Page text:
Take a read
The article What Role Do Schools Play in the Fashion Industry’s Push to Become More Sustainable? from The Fashion Law, is a really interesting read. The article suggests that when it comes to fashion there is need to embed sustainability into the curriculum, and invest in students, recognising them as future leaders, in order to achieve the UN’s Sustainable Development Goal 4.7 target, which states that by 2030:
“All learners acquire knowledge and skills needed to promote sustainable development, including among others through education for sustainable development and sustainable lifestyles, human rights, gender equality, promotion of a culture of peace and non-violence, global citizenship, and appreciation of cultural diversity and of culture’s contribution to sustainable development.”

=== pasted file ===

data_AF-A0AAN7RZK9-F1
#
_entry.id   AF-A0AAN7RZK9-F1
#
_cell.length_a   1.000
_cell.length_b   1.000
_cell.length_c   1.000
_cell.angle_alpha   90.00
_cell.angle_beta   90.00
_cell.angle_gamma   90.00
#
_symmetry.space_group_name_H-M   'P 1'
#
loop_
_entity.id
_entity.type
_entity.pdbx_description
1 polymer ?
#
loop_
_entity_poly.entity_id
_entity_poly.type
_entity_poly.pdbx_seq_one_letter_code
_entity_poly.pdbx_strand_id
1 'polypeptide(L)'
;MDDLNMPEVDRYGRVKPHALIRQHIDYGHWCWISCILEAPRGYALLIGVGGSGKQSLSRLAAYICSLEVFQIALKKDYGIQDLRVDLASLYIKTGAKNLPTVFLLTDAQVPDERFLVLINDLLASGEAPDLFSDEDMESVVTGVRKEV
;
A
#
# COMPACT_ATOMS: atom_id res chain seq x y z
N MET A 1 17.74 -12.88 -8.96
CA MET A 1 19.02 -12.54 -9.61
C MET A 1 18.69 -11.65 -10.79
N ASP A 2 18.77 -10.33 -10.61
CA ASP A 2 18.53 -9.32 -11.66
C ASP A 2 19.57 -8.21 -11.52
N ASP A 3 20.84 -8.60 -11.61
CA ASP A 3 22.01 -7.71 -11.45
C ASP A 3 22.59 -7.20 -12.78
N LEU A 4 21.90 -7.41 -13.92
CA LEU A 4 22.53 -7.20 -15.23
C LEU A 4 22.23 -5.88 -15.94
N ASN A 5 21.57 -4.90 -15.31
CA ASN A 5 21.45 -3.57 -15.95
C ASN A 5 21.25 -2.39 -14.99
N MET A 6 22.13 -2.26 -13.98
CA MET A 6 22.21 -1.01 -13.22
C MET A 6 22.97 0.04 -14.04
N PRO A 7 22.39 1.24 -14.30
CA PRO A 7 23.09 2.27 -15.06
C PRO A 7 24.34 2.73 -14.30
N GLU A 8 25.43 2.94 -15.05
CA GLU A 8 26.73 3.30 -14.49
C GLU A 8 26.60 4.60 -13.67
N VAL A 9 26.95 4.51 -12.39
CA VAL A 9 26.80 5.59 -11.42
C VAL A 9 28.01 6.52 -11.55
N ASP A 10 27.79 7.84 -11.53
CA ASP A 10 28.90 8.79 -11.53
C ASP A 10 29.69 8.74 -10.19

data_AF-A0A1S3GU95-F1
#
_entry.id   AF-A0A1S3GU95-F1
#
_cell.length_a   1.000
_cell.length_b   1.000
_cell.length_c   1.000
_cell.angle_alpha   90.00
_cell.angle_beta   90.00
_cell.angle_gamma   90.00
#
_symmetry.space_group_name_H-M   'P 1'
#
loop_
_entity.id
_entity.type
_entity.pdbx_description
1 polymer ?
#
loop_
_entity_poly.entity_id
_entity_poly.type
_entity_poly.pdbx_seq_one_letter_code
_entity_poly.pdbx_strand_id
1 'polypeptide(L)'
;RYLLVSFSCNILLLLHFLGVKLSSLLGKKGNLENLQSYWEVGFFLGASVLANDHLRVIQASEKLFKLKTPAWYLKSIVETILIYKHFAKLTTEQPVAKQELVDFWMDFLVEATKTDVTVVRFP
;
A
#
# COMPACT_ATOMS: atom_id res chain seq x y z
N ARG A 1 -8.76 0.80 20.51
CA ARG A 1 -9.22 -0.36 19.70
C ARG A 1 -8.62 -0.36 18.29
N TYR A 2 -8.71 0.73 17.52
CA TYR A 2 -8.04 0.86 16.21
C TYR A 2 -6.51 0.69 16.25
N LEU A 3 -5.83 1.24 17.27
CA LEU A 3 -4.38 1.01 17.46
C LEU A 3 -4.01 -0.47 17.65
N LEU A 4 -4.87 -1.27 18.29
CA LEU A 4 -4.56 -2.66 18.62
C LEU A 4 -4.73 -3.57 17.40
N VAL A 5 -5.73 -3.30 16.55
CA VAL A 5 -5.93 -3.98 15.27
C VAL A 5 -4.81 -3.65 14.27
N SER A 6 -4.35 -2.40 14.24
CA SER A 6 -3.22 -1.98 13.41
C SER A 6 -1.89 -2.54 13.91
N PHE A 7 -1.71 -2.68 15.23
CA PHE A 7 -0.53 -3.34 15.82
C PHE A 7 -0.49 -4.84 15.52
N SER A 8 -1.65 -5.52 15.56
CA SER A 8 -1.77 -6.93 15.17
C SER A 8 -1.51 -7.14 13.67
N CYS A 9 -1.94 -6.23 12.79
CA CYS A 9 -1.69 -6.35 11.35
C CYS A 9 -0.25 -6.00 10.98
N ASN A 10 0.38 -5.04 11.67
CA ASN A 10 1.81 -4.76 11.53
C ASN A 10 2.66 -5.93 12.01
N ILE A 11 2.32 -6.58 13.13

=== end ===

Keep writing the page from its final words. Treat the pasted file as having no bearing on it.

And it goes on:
Can you guess what this jacket is made from? Maybe the pale blue and white colouring gives it a way?
Face masks are the very thing that help to protect us from the current pandemic, but they are also an environmental disaster. Not only are they made from plastic, but they are a huge source of waste as they can’t be recycled and won't biodegrade, and they are often single use.
Fast Company's article The wildly inventive way one designer used old face masks describes how designer Tobia Zambotti, based in Iceland, created the cleverly named 'Coat-19' from the ubiquitous face mask. Zambotti made use of the thermoregulating properties of polypropylene (similar to polyfill), which many disposable masks are made from, to make the stuffing for the jacket.